Justin Getz 16:55
appreciate it. And and Rob, it's a pleasure to meet you as well. Really excited to be here. I've listened to a bunch of your content, Brian, and it's just it's pretty exciting that I'm actually on an episode with you so grateful for that. Oh, good. Yeah. No, I was just gonna say yeah, I'm really excited. So
Brian Briscoe 17:12
awesome. Yeah. Well, well, thanks. Thanks for being a listener. And you've also been to one of our weekly networking events. And I hope you keep coming to those. So it's great getting to know you a little bit last weekend. And maybe we'll see again this Friday, too. So let's let's talk about you now. Tell us a little about yourself, your background and history and what got you into apartment investing?
Justin Getz 17:34
Yeah, so I grew up in South Texas, right along the border of Mexico. My father moved there from Maryland, actually where I was born, but I moved pretty young. And he was in the the media space he he was operating a local affiliate there news, affiliate and diversity of taxes in Austin. I'm Austin base now, and go horns. And so while here, I actually reconnected with a good buddy of mine, who is a pretty successful operator in the commercial space. I grew up with him. We went to school together elementary and middle school. And so I basically took him to lunch. And I said, Hey, what do you do? I have no idea what you're doing. But I know it's cool. And can you can you tell me about it. And it turns out he was in apartments, and that that's what he had been doing. He started with a 10 unit and just really exploded from there. graciously. He invited me to come kind of apprentice with him. And I was kind of dialling a bunch of, you know, property owners seeing if they would sell and, you know, going down lists, and this was 2005. Maybe. And eventually, he came to me a few months later, and he said, Look, I don't even have time to kind of train you the way I want to. And so I feel like it's doing you a disservice. And so I said, Hey, no problem. We parted on very good terms. I think at the time I was employed two or three, and he has I think over 1000 employees now or something like that. Yeah, he operates pretty pretty large property management and, and capital company. But anyway, all that is what kind of got that feel for real estate. All that to be said, I had still no idea what to do in the commercial space. It was just still intimidating for me. So I said, well, I've seen a lot of these flip shows on TV. I know a couple, you know, single family investors. Yeah, it seems a little more manageable. And so I actually went off with my father to start an investment and development company in the residential space. And so we operated in San Antonio, that's leading right into and a little beyond the recession. So fix and flips, new new construction development, luxury townhome project was our big one, that actually, I can share the story if you want but that that build was leading into and concluded after the the big bubble. So that was that was an interesting project. But yeah, and so I've done a lot on the residential side over the last 10 years, I've kind of pivoted more into a nine to five In tech sales and everything software and but I've never lost that, that yearning to learn more about commercial and multifamily and so that's, I've really kind of read dedicated my focus there for the last kind of year or so.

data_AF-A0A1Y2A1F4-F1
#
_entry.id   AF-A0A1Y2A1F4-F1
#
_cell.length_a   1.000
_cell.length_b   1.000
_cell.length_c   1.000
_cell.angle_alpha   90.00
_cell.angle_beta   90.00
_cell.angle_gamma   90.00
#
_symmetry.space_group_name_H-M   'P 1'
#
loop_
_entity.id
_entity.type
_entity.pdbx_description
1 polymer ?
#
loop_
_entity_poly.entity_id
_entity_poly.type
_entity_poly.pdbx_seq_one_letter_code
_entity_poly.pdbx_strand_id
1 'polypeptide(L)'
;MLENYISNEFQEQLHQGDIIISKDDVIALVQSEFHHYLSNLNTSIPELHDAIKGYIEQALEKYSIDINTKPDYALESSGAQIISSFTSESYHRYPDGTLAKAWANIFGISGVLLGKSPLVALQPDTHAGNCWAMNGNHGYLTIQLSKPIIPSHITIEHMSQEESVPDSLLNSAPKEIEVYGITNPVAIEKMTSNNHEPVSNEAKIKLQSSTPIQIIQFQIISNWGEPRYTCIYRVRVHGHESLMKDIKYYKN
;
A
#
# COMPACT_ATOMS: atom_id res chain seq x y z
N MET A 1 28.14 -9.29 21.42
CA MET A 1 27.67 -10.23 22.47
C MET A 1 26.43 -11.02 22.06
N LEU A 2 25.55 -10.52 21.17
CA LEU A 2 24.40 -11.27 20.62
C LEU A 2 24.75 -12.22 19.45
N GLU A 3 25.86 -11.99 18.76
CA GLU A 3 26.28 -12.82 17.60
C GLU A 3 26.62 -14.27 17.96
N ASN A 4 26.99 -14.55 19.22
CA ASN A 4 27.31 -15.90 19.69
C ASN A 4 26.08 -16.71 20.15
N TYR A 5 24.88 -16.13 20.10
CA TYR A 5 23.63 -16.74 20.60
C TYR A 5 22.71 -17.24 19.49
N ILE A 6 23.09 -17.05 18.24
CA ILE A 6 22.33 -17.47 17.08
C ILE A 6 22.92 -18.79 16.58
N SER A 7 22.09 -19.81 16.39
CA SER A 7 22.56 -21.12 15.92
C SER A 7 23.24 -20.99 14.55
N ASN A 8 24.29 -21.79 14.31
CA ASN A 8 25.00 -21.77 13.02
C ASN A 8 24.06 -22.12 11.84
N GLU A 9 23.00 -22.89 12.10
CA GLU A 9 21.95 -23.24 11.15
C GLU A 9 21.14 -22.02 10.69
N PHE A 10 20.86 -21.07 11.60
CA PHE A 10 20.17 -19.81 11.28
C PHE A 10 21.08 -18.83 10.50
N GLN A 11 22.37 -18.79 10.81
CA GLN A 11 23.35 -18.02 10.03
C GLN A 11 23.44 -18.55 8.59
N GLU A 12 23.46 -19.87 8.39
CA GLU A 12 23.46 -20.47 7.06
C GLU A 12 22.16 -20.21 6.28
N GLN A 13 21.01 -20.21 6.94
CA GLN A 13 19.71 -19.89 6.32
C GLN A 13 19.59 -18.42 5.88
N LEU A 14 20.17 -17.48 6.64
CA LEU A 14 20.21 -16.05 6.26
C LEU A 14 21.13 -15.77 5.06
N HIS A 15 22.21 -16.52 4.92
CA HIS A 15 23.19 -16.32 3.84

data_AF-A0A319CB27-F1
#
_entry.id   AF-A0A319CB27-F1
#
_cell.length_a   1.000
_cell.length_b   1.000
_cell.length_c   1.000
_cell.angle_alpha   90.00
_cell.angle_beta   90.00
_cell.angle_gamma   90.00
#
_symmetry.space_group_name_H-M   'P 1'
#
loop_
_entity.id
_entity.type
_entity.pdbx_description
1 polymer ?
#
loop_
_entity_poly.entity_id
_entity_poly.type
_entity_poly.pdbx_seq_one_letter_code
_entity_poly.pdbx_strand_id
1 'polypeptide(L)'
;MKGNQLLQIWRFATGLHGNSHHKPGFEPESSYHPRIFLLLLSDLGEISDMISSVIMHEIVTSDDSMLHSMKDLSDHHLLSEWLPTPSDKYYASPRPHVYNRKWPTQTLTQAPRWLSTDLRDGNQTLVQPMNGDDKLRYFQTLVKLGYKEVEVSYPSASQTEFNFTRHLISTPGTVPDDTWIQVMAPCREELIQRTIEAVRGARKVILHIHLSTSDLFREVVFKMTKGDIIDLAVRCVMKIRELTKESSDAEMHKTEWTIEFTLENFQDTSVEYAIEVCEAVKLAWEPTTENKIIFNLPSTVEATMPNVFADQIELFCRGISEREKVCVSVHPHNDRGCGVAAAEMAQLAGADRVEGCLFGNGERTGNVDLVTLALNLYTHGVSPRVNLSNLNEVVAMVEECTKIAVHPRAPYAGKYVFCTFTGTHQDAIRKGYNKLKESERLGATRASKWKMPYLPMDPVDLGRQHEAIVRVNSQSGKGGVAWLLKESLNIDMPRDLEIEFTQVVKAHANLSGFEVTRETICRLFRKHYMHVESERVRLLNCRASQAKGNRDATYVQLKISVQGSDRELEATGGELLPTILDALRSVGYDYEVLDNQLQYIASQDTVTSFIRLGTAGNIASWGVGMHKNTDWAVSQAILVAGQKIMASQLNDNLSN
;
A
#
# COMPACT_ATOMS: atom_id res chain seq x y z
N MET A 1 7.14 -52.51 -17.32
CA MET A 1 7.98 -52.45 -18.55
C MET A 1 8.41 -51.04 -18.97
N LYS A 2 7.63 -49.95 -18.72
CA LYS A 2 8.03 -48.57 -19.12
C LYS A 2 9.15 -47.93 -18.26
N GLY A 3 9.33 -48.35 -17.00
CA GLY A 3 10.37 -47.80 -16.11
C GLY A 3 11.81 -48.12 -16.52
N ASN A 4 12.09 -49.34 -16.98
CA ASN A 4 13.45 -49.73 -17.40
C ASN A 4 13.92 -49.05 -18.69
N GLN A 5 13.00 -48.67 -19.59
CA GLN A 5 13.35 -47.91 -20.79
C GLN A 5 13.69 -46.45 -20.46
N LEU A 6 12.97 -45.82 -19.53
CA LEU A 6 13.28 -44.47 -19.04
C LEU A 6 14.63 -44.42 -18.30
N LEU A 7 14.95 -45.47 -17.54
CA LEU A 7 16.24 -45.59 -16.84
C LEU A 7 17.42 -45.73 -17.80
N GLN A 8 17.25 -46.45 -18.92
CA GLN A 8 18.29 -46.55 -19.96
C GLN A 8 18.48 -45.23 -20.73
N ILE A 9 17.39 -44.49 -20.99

Brian Briscoe 20:13
Yeah, yeah, a lot, a lot, a lot of similarities. I mean, my first couple of investments for single family and I kind of did the same thing you know, you know, Rob mentioned Rich Dad, Poor Dad, I know, Justin, you, you nodded your head when you mentioned it, too. But I've told this many times on the podcast, but I read Rich Dad, Poor Dad, and I'm like, Huh, commercial real estate. That sounds interesting, too complicated. And I just reverted down to single families. And that's how I got my start in real estate was. This is before fixing flip shows, were really on TV, you know, it's just like, well, I can probably figure out how to buy a single family home. And that's what I did. I bought a single family home moved into it, you know, six months later moved out and put renters in and did that a couple of times. And so yeah, now now, now you're trying to get into the multifamily game. And, you know, I love it. I love it. So, same question. I'm gonna ask that I asked Rob and asked you, what's your big burning? Why?
Justin Getz 21:09
Yeah, I love this question. Because my wife says, I'm pretty emotional. And, and so I am tied very much to the burning wife, it's really evolved, I would say, when I first started in my residential real estate, you know, endeavours back then it was really about my desire to help and to do what I could to provide a service for others. And that was, you know, whether it's a roof over someone's head, whether it's the ability to help put some income into the pockets of partners, and trades people and all of these awesome, you know, people that I was connected with, and networked with as part of our business. It just, it felt rewarding. And honestly, there was a component that I still love when I was part of building something. And I get to drive by and say, Hey, we did that. Like, it's still it's standing the test of time. And it's my little, tiny piece of the pie my imprint right in the world. And I think I know, there's something really profoundly proud I feel when I see that, you know, yeah, that was then it's honestly become more selfish. Now. My Why? And that's because I became a father. So yeah, you know, two years ago, and Rob, you hit it on the head when you were talking about your family. And that's very much strikes a chord with me, it's just, you know, two years ago, little over two years ago, I had my first my son, and I call that my inflection point in my life. And that's really, he is the end all be all. And the reason I do anything, so everything I'm doing now and why my priorities and kind of strategies have aligned more to what multifamily seems to seems to offer based on everything I'm studying is that that's, I want more time with him. I want to I want the experience to be there. And so that's, that's what drives me now.